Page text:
Via our member Kulturhusene i Danmark (the national network of cultural houses in Denmark), we received this report on data collection about cultural centres in the context of the DELTAG project. DELTAG follows up on the RECCORD research project, carried out in participation with the ENCC, which focused on participation in cultural centres across Europe.
Researchers from Aarhus University have finalized a first of its kind nationwide survey of Danish cultural centres. The survey is part of the project PARTICIPATE (‘DELTAG’), a research and development project that runs from 2019 until 2022, as a collaboration between Aarhus University and the Danish ENCC member, Kulturhusene I Danmark, and supported by Norda-fondenAssociate. Professor Louise Ejgod Hansen and PhD student Karen Nordentoft published the results in an open-access report that draws on data from 308 responding cultural centres.
The survey shows that Danish cultural centres facilitate many activities, such as audience events to creative and practical activities facilitated by staffers and citizens. Centres combine artistic and cultural content along with political, social, and craft activities. Concerts and lectures usually make up the most widespread program content. However, the most common activities that users participate in are political gatherings, music, games and physical activities like dance or yoga.
According to the survey, adults and seniors are the most common target groups, whereas children and young people are targets in about half of the cultural centres. One out of three centres works with marginalised or underrepresented groups in society. Users generally have the opportunity to influence the operations of these cultural centres. The extent to which varies between groups and regions. Also, the capacity of the centres differs significantly. In 2019, one out of five cultural centres had a turnover below €13,500, while one out of ten could write up to €1.35 million in their annual report.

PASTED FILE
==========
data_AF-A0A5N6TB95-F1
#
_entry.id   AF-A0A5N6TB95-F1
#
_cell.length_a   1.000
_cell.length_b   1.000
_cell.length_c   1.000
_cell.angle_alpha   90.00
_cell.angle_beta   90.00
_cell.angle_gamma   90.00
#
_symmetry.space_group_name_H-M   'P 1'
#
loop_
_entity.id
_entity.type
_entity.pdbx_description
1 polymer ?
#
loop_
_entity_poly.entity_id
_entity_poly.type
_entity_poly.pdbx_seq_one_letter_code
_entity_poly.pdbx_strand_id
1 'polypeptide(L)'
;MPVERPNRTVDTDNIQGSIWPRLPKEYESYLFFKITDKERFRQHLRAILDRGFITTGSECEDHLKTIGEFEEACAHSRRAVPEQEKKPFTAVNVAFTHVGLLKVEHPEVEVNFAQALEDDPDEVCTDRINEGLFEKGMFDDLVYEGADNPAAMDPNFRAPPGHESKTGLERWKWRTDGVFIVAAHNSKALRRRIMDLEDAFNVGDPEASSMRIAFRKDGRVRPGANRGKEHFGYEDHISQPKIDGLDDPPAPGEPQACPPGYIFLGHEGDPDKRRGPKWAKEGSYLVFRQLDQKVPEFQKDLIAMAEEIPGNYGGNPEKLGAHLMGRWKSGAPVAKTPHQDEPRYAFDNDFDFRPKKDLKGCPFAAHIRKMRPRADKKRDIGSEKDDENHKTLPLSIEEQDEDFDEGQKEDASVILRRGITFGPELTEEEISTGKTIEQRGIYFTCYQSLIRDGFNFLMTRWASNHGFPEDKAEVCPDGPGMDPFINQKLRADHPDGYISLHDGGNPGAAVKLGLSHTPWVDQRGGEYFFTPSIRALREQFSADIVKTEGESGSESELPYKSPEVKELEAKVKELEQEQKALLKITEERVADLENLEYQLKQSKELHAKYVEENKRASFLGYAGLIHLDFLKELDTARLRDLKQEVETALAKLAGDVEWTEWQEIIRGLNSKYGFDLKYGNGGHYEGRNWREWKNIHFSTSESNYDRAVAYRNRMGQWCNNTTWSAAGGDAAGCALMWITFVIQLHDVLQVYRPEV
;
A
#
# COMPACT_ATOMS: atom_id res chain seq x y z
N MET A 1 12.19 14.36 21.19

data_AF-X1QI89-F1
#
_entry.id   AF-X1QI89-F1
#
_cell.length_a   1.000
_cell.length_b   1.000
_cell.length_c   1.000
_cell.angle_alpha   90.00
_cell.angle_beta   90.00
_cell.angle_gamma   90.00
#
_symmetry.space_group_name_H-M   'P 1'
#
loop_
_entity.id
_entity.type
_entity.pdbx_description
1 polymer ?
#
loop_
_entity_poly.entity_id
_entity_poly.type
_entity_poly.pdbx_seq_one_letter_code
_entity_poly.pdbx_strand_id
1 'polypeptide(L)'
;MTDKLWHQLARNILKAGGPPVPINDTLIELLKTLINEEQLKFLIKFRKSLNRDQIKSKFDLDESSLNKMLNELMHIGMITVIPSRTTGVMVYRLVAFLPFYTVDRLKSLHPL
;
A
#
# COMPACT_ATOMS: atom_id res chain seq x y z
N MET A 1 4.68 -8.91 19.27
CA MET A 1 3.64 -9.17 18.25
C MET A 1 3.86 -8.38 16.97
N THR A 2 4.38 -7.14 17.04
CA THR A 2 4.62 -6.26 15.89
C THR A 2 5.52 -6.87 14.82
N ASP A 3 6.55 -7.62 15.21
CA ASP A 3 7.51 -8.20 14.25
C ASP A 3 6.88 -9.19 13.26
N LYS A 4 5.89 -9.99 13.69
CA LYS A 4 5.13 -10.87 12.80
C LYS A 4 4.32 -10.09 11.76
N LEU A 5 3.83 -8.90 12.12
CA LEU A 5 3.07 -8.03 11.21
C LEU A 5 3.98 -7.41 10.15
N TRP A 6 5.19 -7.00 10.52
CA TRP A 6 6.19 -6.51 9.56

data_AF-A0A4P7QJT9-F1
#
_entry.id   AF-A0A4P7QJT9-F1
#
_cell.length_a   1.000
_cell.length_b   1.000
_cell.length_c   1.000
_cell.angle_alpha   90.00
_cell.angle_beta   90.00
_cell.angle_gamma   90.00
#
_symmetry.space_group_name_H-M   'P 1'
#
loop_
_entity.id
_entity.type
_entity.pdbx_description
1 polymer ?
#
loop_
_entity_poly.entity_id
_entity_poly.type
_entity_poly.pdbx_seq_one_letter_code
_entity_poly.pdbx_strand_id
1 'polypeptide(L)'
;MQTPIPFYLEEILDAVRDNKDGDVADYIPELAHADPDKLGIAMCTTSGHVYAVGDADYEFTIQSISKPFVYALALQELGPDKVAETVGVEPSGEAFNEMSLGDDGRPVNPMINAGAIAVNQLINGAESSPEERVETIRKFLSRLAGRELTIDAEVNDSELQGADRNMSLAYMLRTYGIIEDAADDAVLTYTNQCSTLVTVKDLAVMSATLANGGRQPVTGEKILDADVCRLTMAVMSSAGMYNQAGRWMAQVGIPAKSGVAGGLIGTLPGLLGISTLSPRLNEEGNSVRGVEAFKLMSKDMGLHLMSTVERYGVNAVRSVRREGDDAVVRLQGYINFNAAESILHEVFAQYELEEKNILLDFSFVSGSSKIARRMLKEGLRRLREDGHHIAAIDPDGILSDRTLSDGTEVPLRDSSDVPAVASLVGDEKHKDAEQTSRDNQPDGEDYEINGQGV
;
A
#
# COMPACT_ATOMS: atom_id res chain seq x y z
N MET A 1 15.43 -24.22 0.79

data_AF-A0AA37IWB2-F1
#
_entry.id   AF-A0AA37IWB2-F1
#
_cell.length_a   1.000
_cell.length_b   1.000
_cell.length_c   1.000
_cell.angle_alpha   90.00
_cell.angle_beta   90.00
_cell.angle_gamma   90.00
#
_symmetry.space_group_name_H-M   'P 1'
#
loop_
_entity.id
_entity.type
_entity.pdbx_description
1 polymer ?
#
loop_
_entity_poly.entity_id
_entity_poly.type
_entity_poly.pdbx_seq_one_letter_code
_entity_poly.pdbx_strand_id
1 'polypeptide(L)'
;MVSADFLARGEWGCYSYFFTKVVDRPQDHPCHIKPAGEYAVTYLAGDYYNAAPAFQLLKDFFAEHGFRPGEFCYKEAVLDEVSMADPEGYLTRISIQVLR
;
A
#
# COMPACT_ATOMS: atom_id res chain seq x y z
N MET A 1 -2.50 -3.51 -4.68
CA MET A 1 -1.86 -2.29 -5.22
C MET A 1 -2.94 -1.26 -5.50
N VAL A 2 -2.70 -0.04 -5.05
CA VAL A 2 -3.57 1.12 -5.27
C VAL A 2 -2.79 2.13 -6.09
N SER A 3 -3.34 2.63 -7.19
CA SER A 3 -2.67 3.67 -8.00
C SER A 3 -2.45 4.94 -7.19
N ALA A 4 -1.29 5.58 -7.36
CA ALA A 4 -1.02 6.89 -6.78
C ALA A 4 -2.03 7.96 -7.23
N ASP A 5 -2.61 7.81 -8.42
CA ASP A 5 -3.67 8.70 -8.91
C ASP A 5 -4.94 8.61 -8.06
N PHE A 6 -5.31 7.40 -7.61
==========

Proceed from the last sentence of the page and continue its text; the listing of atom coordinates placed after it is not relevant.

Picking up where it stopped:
Slightly more than half of all cultural centres have zero or 1 to 3 employees. This, perhaps, explains the economic disparities between cultural centres.
Furthermore, the survey includes main public libraries that answered to pre-defined criteria. The report also analyzes the variations in responses from non-library cultural centres and library cultural centres. It stresses the legal and financial preconditions, organizational, and geospatial variations between those surveyed.
The survey report (in Danish) is free to download. For further information about research-related matters, contact Associate Professor Louise Ejgod Hansen. For information on the general project, contact Project Manager Søren Ohlsen.
- Karen Nordentoft, PhD Student, Aarhus University